What does it mean to be disabled? To not be-able? Able to what? It’s such a broad and ugly term. I’d guarantee that any of the disabled tennis players at this summer’s Wimbledon are able to beat me at tennis. And I’d guarantee that every athlete at the Paralympic Games is able to beat me at any given sport. I mean compared to Olympic athletes, ‘able’ people are severely less than able. Really if we are to class people as ‘dis’abled, we should recognise those who are ‘more’abled than us?
I was once at some training where someone asked, ‘What would you call a child with Down’s Syndrome?’ The answer was one of the most simple answers you could possibly ever think of: ‘their name’. Obvious isn’t it!? There are only a few exceptions to the rule. For example, if you meet a man with a seagull on his head… he’s called Cliff. If you meet a man with a spade on his head… he’s called Doug.
I’ve been thinking about disabled parking and the Blue Badge Scheme. Isla by standard definition isn’t ‘disabled’ in that she is able-bodied and doesn’t use a wheelchair. Fingers crossed she will never need one. We do however have a Blue Badge. Isla can walk, but she can’t walk safely through a car park on her own. Being close to the entrance of where we’re going is great for Isla as she loves to be independent and being able to walk there herself is important. Due to hyper-mobility Isla has orthopaedic boots. In these boots every 1 step is the equivalent of 5! They’re great for helping her develop her muscles and give her the support she needs but again it means she can’t go far without wanting/needing picking up… and she’s getting heavy. The defibrillator we have to carry around is pretty bulky and also very heavy to carry around for a long time. The other crucial factor in why it’s useful to be close to the doors, is that we have oxygen in the car in case Isla has a seizure. We could cart the oxygen round with us, and we do when we suspect a seizure is imminent (as best we can guess anyway) but getting an oxygen tank out of the car requires room and it’s pretty heavy! Certainly wouldn’t want to bump a precious car doing that. Some people are obsessed with their cars and keeping them safe. I once saw a man with his steering wheel sticking out his pants, when I asked him what it was doing there, he replied, ‘it’s driving me nuts!’
There’s a few reasons that this topic of disability is resonating with me right now. We haven’t been abused for using a disabled space (God help the person with the balls to do so) but I know people who have. Well, they’ve had a note left on the window of their car calling them frauds, but the coward didn’t have the courage to actually say it in person. However, to them, the child must not have looked disabled enough. Bringing me back to my first point… what does a disability look like? Should someone who gets out of a car parked in disabled space immediately start walking like Keyser Söze? (Kudos if you get the reference, google it if you didn’t).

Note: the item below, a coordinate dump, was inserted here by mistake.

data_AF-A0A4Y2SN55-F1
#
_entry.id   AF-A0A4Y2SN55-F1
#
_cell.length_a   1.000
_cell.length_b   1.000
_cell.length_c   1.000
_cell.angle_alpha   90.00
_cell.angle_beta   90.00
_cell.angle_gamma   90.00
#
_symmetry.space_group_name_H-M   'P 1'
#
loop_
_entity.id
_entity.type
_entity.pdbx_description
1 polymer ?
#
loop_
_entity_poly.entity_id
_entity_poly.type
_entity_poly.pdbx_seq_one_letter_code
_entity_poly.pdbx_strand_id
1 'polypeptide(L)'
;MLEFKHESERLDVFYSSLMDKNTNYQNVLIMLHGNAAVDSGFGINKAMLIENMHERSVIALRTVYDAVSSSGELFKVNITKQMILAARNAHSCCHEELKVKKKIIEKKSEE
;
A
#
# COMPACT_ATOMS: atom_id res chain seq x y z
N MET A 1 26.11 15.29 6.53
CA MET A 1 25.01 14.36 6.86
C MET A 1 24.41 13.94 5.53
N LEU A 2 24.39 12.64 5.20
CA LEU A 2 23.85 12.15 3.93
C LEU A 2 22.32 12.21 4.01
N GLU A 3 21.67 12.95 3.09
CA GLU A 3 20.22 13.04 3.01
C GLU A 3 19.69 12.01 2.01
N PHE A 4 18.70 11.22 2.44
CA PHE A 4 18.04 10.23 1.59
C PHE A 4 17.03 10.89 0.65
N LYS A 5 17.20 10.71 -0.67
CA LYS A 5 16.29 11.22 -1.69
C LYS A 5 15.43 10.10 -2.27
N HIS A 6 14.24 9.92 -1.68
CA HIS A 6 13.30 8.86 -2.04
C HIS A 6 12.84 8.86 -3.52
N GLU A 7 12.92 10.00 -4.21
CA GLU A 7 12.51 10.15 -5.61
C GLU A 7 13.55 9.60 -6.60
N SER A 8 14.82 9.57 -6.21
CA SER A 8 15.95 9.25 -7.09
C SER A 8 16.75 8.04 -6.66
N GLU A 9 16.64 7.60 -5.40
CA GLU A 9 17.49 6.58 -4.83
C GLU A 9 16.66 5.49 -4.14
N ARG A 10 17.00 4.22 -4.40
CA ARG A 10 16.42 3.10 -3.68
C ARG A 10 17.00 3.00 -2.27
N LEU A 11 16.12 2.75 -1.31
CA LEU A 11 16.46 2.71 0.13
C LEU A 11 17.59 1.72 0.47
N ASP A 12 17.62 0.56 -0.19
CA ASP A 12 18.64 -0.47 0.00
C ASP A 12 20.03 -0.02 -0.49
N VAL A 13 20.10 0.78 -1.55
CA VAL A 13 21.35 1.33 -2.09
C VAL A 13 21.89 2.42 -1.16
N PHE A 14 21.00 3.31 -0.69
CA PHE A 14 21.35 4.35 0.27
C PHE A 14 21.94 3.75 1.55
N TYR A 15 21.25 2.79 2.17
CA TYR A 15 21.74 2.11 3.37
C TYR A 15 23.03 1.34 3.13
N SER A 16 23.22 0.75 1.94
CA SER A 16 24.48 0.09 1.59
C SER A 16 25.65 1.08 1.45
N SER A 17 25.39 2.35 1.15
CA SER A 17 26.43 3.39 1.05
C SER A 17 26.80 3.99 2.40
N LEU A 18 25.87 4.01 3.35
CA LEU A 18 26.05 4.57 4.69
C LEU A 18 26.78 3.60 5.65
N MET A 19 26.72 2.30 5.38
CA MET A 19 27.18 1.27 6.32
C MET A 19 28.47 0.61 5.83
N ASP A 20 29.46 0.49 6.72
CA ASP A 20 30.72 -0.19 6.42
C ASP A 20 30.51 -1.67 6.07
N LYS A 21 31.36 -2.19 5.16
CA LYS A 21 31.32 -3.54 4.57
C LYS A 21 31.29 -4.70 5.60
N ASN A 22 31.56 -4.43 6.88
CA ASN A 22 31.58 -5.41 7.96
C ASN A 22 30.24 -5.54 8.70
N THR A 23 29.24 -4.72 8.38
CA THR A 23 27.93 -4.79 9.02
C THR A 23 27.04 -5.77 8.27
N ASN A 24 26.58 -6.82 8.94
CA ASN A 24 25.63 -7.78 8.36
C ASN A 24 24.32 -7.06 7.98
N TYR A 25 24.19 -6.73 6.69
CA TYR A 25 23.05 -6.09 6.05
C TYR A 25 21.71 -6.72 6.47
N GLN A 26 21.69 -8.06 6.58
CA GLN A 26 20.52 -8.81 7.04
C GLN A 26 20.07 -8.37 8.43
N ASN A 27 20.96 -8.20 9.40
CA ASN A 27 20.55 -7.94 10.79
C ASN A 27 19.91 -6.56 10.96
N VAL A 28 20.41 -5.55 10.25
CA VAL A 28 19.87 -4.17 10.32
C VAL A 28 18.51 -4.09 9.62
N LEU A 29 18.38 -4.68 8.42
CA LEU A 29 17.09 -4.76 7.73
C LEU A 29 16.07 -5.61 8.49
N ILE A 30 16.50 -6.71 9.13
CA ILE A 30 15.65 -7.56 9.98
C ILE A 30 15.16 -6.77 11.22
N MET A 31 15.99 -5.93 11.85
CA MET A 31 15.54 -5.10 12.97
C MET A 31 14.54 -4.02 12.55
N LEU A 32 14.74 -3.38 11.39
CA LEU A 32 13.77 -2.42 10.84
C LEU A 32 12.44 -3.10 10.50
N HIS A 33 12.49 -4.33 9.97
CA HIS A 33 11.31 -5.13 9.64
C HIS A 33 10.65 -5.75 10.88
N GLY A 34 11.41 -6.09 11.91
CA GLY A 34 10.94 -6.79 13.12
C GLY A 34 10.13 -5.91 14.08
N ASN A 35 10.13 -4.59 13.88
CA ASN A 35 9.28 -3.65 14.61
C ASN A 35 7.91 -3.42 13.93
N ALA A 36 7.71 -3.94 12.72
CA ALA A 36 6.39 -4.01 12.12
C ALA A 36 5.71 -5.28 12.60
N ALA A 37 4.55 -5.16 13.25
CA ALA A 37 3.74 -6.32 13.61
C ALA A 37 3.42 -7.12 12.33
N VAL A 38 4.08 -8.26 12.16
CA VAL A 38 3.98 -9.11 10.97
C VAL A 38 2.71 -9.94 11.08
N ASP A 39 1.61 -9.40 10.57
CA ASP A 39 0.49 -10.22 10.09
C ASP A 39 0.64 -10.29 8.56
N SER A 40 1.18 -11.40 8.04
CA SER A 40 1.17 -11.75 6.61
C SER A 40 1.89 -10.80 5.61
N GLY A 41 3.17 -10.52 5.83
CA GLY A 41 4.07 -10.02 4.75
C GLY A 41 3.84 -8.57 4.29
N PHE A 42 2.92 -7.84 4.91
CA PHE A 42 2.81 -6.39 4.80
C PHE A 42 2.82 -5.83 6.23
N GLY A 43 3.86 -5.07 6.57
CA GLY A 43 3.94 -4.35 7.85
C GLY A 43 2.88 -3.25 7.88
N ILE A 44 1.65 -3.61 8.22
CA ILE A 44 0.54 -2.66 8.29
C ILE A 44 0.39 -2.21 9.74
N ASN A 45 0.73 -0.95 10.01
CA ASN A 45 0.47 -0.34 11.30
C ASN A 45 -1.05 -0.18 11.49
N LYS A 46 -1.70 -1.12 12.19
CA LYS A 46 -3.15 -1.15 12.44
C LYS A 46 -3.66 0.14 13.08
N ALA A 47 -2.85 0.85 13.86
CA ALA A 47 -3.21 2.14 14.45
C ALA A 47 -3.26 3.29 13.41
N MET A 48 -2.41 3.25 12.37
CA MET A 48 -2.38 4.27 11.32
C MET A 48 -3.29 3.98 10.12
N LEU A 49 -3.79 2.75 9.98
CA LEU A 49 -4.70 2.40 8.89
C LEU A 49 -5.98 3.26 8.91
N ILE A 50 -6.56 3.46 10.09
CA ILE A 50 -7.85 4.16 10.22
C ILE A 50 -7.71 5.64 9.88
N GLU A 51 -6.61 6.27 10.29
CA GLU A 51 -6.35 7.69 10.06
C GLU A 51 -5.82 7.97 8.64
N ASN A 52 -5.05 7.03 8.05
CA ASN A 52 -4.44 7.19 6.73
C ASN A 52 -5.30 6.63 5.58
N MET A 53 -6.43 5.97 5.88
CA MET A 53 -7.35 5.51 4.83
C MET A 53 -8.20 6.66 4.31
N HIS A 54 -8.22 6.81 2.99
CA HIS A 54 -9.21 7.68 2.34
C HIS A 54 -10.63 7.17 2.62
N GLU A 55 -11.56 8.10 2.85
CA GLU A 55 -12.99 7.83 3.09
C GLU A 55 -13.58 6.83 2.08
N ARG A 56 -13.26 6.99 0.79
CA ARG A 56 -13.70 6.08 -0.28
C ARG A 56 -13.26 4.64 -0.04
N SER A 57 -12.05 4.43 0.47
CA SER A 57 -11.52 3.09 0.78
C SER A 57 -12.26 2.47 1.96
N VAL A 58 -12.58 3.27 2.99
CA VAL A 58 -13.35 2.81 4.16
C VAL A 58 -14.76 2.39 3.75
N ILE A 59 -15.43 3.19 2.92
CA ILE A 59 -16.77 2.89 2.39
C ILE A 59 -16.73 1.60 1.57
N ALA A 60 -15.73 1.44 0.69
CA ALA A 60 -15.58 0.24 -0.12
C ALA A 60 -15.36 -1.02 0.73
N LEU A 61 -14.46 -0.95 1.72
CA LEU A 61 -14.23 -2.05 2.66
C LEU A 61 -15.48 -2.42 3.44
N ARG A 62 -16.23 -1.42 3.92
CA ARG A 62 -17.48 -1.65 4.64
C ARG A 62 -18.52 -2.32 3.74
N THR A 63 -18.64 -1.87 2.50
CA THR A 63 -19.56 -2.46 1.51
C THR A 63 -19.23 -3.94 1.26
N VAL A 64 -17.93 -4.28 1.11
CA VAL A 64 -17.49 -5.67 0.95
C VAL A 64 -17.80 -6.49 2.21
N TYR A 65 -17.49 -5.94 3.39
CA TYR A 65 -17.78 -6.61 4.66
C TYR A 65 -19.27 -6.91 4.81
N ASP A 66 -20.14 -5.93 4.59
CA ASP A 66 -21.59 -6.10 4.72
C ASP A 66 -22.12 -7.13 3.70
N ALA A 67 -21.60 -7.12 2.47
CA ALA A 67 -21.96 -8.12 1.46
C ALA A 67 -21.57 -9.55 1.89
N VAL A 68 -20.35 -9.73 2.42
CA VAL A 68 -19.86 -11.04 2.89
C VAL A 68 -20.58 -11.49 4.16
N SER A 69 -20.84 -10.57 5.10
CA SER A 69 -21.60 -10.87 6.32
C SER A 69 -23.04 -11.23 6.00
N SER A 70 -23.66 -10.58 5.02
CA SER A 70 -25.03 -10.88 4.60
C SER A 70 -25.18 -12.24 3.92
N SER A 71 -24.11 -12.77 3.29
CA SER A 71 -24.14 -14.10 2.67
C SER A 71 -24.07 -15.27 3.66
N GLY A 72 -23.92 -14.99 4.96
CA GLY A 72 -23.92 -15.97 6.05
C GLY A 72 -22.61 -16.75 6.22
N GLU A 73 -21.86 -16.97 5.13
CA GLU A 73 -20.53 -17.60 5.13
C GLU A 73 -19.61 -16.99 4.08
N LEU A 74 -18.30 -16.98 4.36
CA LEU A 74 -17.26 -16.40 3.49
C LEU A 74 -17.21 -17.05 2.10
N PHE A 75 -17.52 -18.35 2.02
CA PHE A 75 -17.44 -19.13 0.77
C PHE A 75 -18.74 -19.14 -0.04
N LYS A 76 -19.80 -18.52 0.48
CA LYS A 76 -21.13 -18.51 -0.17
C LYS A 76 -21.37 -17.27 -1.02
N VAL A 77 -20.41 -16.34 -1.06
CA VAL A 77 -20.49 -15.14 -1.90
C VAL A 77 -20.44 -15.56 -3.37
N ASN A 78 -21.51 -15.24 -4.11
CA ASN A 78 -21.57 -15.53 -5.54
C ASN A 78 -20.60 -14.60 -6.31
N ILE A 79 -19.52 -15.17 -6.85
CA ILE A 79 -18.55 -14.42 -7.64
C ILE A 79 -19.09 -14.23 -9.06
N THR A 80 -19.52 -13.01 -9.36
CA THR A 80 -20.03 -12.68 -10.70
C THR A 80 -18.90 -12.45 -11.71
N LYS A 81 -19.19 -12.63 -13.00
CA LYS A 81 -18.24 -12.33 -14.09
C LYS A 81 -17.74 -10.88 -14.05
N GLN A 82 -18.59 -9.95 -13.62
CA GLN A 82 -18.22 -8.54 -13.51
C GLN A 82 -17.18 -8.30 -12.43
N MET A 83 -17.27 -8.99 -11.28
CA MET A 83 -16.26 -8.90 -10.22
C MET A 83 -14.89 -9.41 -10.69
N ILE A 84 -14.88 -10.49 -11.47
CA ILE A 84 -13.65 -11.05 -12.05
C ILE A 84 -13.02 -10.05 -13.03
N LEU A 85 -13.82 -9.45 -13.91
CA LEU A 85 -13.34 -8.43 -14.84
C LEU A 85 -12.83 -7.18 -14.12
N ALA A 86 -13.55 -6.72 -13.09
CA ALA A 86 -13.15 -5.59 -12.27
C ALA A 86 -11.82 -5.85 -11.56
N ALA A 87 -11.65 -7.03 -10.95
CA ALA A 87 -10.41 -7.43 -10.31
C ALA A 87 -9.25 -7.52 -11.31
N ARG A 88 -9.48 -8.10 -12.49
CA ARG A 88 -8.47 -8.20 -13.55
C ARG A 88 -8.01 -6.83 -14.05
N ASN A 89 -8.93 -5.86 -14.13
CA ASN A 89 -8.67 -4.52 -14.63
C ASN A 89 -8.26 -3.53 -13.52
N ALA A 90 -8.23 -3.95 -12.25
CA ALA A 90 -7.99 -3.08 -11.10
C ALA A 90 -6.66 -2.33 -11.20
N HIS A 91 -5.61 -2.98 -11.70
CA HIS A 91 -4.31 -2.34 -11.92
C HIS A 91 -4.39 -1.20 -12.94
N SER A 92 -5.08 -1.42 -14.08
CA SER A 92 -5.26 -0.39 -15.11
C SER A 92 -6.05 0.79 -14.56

In July it was announced that people with hidden disabilities, including autism and mental health conditions will have access to Blue Badges. From 2019 those with ‘hidden disabilities’ will be able to apply for a Blue Badge. The new system isn’t going to mean they hand out Blue Badges willy nilly and as with most government applications having a doctorate in particle physics is recommended if you’re filling out the form. The extra inclusion of recognised conditions is music to the ears of most; but will it change the perception of the ignorant? I highly doubt it. The cynic in me can just see an increase of notes left on cars and more and more misunderstandings.
In my eyes, the problem is simply the poor wording and portrayal of the scheme. When it’s called a ‘disabled space’ and has a picture of a wheelchair painted on the ground, what should we expect Joe Public to expect? Three Tooth Trevor, fresh from storming out of Jeremy Kyle (because it turned out his sister was cheating on him all along, and the father of the baby, Lidaldi (named after the places of probable conception), is actually his cousin Bazza), will find it hard to understand without relevant picture clues. A long time ago (not in a galaxy far far away) there was talk of changing the term disabled toilets to ‘accessible’ toilets. Which would probably be a much better term with parking spaces.
I think until we have changed the image of a disability in general there are always going those who judge others. Isla might not need a Blue Badge forever but who could begrudge her one right now. She has survived 3 cardiac arrests, has clocked up 100s of seizures, has a global/social developmental delay, has hyper-mobility in at least 4 joints, has a defibrillator in tow and needs oxygen nearby; you can’t see any of that when you look at her. You can’t see her struggles. She might not have a wheelchair but she isn’t able to do the things most children her age do easily. She isn’t ‘dis’abled or unable, it’s just not easy. To me, it is Judgey McJudgerson, who struggles to understand this concept, that has the real ‘disability’.